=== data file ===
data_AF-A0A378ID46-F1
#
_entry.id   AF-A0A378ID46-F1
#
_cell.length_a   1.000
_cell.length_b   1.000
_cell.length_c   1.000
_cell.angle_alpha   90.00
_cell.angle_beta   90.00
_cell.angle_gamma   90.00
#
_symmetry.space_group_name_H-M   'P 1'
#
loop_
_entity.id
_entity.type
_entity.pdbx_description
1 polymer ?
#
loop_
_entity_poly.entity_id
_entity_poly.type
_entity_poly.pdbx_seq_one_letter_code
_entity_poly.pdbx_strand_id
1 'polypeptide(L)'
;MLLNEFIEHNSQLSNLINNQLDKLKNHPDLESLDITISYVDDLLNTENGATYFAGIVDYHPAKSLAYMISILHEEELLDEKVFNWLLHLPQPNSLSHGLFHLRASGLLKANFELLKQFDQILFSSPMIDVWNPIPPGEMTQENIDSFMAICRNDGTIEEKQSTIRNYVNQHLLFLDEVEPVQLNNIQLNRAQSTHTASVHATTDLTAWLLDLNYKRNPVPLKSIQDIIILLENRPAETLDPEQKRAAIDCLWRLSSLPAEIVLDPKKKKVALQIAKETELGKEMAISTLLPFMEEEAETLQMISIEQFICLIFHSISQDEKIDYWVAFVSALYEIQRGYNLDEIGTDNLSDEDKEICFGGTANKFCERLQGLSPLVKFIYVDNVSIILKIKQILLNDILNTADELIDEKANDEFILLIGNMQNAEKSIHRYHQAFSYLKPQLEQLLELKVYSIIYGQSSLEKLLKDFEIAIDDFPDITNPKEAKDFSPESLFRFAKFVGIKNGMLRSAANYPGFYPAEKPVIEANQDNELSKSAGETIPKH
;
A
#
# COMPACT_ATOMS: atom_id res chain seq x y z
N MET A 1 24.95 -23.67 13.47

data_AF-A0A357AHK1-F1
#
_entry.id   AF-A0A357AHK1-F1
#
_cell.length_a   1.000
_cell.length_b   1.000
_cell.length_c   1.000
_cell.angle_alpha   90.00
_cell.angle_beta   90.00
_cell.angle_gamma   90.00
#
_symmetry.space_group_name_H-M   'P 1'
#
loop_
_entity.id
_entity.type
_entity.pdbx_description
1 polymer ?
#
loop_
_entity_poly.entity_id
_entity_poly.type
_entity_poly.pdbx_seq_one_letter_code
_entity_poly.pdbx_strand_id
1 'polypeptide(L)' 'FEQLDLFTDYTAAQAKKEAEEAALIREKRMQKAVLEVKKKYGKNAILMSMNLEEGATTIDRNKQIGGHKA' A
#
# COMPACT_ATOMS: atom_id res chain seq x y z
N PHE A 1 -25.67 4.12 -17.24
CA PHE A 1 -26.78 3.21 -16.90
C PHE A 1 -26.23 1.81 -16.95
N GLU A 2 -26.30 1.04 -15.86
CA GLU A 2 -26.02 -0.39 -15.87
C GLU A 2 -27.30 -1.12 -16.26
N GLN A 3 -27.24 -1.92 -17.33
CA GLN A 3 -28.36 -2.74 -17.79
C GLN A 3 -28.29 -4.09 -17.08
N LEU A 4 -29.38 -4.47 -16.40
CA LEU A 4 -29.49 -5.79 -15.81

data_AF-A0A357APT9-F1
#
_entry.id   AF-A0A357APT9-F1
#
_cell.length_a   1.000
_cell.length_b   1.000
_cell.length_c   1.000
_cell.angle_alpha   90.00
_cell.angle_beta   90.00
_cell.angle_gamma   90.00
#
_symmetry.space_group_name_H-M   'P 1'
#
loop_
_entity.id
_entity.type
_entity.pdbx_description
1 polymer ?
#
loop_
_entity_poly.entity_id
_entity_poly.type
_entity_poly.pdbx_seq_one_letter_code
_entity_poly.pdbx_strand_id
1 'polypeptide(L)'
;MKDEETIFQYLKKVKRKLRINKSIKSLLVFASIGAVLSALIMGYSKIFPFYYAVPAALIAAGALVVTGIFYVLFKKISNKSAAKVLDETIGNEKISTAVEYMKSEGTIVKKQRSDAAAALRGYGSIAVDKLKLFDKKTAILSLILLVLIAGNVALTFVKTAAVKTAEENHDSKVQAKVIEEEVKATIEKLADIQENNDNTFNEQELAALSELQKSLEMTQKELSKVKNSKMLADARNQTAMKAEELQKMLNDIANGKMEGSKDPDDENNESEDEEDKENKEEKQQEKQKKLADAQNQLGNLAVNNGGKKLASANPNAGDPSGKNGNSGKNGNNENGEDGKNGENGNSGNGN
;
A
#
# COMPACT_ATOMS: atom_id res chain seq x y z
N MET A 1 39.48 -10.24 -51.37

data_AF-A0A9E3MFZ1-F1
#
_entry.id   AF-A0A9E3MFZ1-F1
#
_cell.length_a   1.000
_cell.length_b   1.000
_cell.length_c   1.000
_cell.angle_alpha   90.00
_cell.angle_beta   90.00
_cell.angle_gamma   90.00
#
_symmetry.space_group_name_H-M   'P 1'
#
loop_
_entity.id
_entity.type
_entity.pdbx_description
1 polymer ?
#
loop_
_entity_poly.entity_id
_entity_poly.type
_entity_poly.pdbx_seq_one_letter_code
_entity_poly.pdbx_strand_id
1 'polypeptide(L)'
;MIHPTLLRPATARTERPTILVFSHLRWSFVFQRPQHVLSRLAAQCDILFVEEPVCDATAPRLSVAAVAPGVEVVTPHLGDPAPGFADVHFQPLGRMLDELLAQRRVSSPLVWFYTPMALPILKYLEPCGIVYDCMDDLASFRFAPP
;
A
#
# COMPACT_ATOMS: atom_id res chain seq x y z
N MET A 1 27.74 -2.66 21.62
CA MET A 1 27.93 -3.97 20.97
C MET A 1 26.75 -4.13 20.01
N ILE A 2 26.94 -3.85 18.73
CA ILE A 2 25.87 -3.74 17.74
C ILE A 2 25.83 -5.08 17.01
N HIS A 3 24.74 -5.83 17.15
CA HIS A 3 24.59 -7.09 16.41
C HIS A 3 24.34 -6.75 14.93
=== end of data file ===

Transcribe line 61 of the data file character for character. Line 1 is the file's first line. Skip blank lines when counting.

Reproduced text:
C PHE A 1 -26.23 1.81 -16.95